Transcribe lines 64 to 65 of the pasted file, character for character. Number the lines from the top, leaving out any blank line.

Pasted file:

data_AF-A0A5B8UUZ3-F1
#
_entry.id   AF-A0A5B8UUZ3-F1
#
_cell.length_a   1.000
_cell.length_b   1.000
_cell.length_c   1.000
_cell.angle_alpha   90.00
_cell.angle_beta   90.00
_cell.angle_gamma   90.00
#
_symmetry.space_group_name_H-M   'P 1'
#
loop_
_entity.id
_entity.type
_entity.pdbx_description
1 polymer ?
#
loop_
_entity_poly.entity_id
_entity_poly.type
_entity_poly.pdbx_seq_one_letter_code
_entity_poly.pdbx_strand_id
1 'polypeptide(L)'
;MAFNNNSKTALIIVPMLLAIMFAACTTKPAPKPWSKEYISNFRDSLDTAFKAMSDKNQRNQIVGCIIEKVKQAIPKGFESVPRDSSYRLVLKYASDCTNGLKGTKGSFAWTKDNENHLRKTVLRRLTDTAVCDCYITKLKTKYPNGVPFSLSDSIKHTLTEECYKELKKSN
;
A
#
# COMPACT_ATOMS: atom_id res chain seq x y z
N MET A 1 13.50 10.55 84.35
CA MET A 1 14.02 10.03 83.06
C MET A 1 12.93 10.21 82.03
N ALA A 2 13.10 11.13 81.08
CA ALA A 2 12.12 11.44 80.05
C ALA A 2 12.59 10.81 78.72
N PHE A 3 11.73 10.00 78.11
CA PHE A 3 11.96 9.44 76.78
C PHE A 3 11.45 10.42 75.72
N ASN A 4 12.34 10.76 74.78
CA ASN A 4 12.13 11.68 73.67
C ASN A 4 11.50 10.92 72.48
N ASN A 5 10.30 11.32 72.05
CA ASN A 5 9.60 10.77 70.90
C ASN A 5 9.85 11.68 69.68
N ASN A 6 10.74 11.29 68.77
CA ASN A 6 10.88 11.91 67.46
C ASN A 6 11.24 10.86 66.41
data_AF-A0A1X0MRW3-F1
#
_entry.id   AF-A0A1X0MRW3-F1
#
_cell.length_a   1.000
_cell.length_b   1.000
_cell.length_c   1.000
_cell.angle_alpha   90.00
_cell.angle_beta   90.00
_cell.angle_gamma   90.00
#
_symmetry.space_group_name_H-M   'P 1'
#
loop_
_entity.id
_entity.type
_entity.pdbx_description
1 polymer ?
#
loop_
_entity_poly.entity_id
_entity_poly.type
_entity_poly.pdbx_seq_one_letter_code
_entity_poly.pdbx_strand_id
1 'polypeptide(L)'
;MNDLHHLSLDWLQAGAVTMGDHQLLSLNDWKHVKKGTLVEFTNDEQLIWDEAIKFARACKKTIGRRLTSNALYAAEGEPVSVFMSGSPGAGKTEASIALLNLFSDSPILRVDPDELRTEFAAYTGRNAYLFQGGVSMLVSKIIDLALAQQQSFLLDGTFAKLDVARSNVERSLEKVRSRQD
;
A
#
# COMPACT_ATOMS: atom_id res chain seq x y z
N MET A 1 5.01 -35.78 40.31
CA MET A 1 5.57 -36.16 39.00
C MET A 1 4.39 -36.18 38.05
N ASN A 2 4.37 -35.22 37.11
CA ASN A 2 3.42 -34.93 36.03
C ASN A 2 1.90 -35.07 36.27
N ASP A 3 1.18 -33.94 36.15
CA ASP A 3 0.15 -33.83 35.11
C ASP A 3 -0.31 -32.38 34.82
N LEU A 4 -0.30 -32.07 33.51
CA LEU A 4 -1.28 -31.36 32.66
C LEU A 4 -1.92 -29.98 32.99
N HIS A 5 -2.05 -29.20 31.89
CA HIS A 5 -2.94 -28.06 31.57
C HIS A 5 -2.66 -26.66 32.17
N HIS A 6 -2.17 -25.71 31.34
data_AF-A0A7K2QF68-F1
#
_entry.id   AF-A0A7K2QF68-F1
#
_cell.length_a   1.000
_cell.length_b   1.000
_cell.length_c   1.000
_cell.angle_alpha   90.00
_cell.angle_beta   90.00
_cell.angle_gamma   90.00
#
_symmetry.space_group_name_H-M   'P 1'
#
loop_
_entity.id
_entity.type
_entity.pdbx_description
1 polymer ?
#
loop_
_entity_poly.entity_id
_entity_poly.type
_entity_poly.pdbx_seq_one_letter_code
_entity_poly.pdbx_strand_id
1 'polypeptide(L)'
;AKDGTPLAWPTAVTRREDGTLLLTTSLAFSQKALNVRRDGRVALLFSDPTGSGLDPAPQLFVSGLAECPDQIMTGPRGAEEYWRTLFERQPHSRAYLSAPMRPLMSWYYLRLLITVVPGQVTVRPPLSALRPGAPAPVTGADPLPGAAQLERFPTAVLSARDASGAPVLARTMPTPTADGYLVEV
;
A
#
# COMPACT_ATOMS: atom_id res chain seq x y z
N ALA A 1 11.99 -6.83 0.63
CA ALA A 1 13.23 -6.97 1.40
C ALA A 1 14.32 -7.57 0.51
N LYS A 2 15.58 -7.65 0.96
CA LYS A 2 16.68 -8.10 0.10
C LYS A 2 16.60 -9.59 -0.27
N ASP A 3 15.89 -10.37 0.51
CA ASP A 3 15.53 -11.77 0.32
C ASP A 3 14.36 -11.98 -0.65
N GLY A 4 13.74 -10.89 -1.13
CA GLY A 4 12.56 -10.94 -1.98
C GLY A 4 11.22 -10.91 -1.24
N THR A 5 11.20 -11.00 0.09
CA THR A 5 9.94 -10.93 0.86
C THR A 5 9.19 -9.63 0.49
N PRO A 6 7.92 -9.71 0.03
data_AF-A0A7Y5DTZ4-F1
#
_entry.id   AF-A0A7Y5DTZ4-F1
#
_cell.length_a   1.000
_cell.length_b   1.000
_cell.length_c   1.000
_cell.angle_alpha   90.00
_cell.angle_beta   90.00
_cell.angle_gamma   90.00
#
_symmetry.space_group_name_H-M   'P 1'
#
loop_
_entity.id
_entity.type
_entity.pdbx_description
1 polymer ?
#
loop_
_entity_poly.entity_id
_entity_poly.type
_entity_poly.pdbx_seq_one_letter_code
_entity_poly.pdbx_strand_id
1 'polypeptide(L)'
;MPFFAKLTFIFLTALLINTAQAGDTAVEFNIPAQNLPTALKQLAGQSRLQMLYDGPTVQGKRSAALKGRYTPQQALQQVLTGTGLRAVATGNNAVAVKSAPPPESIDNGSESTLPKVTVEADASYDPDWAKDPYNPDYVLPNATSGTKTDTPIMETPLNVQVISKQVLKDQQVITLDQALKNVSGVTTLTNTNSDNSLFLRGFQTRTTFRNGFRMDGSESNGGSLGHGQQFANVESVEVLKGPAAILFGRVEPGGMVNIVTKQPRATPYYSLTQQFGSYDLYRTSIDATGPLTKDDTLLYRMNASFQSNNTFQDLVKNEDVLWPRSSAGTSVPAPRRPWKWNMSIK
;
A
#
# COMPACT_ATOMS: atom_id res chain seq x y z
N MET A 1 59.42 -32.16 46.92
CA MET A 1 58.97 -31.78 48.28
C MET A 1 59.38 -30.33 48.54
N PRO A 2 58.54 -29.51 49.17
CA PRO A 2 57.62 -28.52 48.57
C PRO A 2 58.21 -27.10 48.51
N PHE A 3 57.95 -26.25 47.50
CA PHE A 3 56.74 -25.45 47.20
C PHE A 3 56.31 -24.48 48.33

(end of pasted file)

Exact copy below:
_entity.type
_entity.pdbx_description